SUMOylation of the transcription factor NFATc1 leads to its subnuclear relocalization and IL2 repression by HDAC
© Nayak et al; licensee BioMed Central Ltd. 2009
Published: 26 February 2009
The family of NFAT (Nuclear Factor of Activated T-cells) transcription factors plays an important role in cytokine gene regulation. In peripheral T-cells, NFATc1 and c2 are pre-dominantly expressed. Due to different promoter and polyA site usage as well as alternative splicing events, NFATc1 is synthesized in multiple isoforms. The highly inducible NF-ATc1/A contains a relatively short C-terminus whereas the longer, constitutively expressed isoform NFATc1/C spans an extra C-terminal peptide of 246 amino acids. Interestingly, this NFATc1/C-specific terminus can be highly sumoylated. Upon sumoylation, NFATc1/C – but not the unsumoylated NFATc1/A – translocates to Promyelocytic Leukemia-nuclear bodies (PML-nbs). This leads to interaction with HDACs followed by deacetylation of histones, which in turn induces transcriptionally inactive chromatin. As a consequence, expression of the NFATc1 target gene interleukin-2 is suppressed. These findings demonstrate that the modification by SUMO converts NFATc1 from an activator to a site-specific transcriptional repressor, revealing a novel regulatory mechanism for NFATc1 function.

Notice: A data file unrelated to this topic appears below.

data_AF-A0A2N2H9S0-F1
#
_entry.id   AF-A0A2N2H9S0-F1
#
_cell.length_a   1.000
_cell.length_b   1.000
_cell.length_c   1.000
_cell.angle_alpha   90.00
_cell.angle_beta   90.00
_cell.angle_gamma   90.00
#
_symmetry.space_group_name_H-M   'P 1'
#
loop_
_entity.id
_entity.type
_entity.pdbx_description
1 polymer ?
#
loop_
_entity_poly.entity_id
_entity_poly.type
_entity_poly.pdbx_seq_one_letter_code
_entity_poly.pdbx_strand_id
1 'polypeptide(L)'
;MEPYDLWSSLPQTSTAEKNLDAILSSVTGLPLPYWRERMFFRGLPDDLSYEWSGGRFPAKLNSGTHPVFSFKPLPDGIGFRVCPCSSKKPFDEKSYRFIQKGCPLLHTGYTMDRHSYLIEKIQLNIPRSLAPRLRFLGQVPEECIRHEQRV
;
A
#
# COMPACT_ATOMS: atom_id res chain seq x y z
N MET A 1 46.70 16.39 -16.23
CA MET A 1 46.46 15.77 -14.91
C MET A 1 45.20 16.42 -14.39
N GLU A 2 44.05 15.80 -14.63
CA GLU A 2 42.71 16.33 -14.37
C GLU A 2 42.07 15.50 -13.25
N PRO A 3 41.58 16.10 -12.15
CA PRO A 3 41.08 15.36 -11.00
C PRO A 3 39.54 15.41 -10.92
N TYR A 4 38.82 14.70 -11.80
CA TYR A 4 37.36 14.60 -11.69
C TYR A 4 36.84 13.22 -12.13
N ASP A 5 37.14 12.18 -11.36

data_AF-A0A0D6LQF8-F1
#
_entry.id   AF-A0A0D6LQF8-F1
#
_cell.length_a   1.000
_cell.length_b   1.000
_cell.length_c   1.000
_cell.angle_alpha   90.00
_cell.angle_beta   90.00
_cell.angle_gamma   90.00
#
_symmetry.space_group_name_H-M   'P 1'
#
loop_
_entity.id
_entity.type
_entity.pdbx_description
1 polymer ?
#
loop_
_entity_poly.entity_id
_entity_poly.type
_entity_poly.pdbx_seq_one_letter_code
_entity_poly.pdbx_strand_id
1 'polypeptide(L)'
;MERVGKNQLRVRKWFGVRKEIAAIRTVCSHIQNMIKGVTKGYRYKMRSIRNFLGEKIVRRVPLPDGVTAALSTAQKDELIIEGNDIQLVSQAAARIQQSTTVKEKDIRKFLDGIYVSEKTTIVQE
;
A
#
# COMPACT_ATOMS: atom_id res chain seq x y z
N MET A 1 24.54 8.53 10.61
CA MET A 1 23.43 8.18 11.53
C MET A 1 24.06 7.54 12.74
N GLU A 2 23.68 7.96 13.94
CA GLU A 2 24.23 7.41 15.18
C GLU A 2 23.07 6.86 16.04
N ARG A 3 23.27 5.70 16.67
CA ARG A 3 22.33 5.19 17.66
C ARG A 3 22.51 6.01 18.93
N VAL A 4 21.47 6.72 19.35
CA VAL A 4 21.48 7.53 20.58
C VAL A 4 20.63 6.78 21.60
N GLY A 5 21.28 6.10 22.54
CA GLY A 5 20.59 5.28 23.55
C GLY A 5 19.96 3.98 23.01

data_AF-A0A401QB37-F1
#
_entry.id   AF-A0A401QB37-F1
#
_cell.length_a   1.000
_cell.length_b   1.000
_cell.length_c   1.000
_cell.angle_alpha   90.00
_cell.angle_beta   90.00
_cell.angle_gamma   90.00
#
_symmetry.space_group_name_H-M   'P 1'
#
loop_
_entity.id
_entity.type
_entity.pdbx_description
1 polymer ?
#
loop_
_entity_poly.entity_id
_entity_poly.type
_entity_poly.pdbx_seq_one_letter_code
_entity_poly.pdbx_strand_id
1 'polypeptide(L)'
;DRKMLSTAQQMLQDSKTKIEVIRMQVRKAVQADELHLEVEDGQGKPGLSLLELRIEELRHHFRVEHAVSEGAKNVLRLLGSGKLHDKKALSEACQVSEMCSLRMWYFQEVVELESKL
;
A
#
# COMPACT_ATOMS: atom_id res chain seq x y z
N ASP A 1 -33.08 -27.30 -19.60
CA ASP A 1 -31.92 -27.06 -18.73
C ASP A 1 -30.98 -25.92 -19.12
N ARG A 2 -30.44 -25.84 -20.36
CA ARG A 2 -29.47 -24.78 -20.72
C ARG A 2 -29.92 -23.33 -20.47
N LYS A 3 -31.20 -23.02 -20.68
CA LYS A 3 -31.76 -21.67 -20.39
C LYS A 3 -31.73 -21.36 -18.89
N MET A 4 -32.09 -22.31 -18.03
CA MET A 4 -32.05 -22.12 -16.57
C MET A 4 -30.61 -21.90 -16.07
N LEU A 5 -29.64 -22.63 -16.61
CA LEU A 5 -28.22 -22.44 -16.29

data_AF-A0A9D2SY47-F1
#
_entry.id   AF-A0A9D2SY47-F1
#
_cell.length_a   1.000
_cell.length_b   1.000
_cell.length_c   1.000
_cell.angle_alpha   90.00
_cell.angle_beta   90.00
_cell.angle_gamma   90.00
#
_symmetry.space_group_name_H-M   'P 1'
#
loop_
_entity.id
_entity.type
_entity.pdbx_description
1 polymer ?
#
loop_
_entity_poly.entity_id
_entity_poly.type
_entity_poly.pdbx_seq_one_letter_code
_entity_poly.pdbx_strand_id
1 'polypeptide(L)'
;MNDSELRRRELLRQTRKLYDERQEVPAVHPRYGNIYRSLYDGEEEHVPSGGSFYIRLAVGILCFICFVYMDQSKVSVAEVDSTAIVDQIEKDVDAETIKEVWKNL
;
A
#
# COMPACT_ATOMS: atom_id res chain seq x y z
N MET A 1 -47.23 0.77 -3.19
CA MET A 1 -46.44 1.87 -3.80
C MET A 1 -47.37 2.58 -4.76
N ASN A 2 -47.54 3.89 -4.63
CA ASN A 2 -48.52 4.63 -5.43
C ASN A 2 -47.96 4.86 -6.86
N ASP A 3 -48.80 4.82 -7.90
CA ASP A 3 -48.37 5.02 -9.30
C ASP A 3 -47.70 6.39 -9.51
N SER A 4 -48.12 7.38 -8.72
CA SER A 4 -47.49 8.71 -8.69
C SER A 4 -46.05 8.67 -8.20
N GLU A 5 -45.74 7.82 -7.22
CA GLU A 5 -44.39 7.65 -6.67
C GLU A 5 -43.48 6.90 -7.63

This article is published under license to BioMed Central Ltd.